Taxus baccata
Common name: 
English Yew
TAKS-us ba-KA-ta
Native to (or naturalized in) Oregon: 
  • Conifer, evergreen tree/shrub, wide spreading, 30-60 ft (9-18 m) high with a 15-25 ft (5-8 m) spread, densely branched, many forms.  Needles radially arranged around the stem but appearing more or less 2 ranked, 1-3 cm long, 1.5-6 mm wide, linear, tapering to a horny point, shining, very dark green on the upper surface, yellowish green below (lack a conspicuous stomatal band).   Usually dioecious, yellowish male strobili, arise on the axils of leaves on the underside of branches.  Fruits have a fleshy, scarlet, cup-shaped covering (aril) which is 8-15 mm long and open at the apex, it encloses a single seed.  Seeds are poisonous.
  • Sun or shade.  Tolerates many soil conditions, except strongly alkaline or acid soils.
  • Hardy to USDA Zone (5)6      Native to Europe, northern Africa, and western Asia; cultivated in England for over 1,000 years and many selections made.  If fact, shrubby cultivars are much more often used in landscaping than the species.  Here are a few cultivars:
    • 'Amersfoort'  -  dwarf shrub, upright irregular habit, slow growing, feaves flat, small, light to dark green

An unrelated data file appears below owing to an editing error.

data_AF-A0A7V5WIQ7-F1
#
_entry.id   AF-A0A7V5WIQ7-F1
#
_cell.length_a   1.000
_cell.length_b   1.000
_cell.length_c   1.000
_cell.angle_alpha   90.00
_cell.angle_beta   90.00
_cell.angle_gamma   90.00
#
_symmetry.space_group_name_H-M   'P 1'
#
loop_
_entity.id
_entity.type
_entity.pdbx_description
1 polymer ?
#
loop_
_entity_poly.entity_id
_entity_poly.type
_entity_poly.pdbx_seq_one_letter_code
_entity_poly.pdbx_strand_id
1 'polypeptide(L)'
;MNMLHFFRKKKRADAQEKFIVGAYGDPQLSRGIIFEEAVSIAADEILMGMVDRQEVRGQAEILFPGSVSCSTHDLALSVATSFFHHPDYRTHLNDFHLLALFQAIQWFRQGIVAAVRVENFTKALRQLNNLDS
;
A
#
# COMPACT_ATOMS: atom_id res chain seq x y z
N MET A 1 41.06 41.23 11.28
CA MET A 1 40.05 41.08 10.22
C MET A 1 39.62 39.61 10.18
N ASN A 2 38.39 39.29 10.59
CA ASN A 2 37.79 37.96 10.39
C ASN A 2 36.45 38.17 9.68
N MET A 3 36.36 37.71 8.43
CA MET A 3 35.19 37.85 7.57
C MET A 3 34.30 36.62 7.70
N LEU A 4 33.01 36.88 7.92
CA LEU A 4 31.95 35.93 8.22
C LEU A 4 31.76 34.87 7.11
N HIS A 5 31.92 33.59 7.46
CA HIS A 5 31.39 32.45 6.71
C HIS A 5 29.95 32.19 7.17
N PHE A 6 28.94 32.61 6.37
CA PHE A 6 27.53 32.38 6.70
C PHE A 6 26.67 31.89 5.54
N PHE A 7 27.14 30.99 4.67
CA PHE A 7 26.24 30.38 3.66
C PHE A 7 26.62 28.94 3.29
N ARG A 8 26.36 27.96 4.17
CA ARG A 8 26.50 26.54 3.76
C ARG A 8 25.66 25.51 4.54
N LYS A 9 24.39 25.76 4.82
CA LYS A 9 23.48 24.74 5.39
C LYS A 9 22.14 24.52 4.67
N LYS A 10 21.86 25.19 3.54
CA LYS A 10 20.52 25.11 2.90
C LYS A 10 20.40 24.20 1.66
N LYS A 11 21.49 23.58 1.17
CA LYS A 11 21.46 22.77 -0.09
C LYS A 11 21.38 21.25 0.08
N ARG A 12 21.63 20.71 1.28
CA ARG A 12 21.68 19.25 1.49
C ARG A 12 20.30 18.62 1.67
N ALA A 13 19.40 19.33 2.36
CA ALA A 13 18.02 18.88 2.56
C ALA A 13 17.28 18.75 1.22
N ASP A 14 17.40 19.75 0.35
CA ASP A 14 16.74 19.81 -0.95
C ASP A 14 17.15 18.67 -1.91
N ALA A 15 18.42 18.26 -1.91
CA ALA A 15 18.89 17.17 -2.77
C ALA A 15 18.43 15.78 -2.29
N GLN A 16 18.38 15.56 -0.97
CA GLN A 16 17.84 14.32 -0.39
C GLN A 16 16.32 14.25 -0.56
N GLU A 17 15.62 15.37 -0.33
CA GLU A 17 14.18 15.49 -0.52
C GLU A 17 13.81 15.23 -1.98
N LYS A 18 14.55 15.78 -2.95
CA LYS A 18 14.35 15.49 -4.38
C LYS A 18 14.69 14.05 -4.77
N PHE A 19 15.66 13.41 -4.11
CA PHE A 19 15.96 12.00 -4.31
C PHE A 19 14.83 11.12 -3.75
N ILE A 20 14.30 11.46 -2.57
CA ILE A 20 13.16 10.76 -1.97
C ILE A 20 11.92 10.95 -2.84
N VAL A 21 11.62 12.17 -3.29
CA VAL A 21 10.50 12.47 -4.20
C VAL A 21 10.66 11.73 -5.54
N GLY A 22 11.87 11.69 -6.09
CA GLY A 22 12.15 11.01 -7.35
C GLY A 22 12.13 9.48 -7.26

• 'Fastigiata'  -  (Irish Yew)  narrowly columnar or spindle-form, branches are rigidly upright; needles are dark green
    • 'Repandens'  -  dwarf, wide spreading form, 2-4 ft high (0.6-1.2 m),  branches horizontal, tips of branches pendulous
    • 'Repandens Aurea'  - variegated, low growing shrub, green leaves brightly edged with yellow-turning-to-cream
    • 'Standishii'  -  tree/shrub, columnar, compact, upright shoots, leaves golden-yellow above, light yellow-green below
  • Leaves, bark, and broken seeds are poisonous, although the toxicity varies from plant to plant.  Symptoms may include cardiac or respiratory failure.   The poisonous substances in yew are pseudo-alkaloids known as taxines. They are a mixture of polyhydroxyditerpines (taxinins) esterified with ß-dimethylamino-ß-phenylpropionic acid and/or acetic acid (Frohne, D. and H.J. Pfänder, 1984).
  • baccata: Latin, berry-bearing
  • Oregon State Univ. campus: lower campus, on 11th St. across from Dixon Lodge
Click image to enlarge
  • plant habit, shrub

    plant habit, shrub

  • plant habit, tree

    plant habit, tree

  • branches


  • leaves (needles) and fruit

    leaves (needles) and fruit

  • branchlets, leaves

    branchlets, leaves

  • branchlets, comparison with <i>Sequoia sempervirens</i>

    branchlets, comparison with Sequoia sempervirens

  • fruit and seeds

    fruit and seeds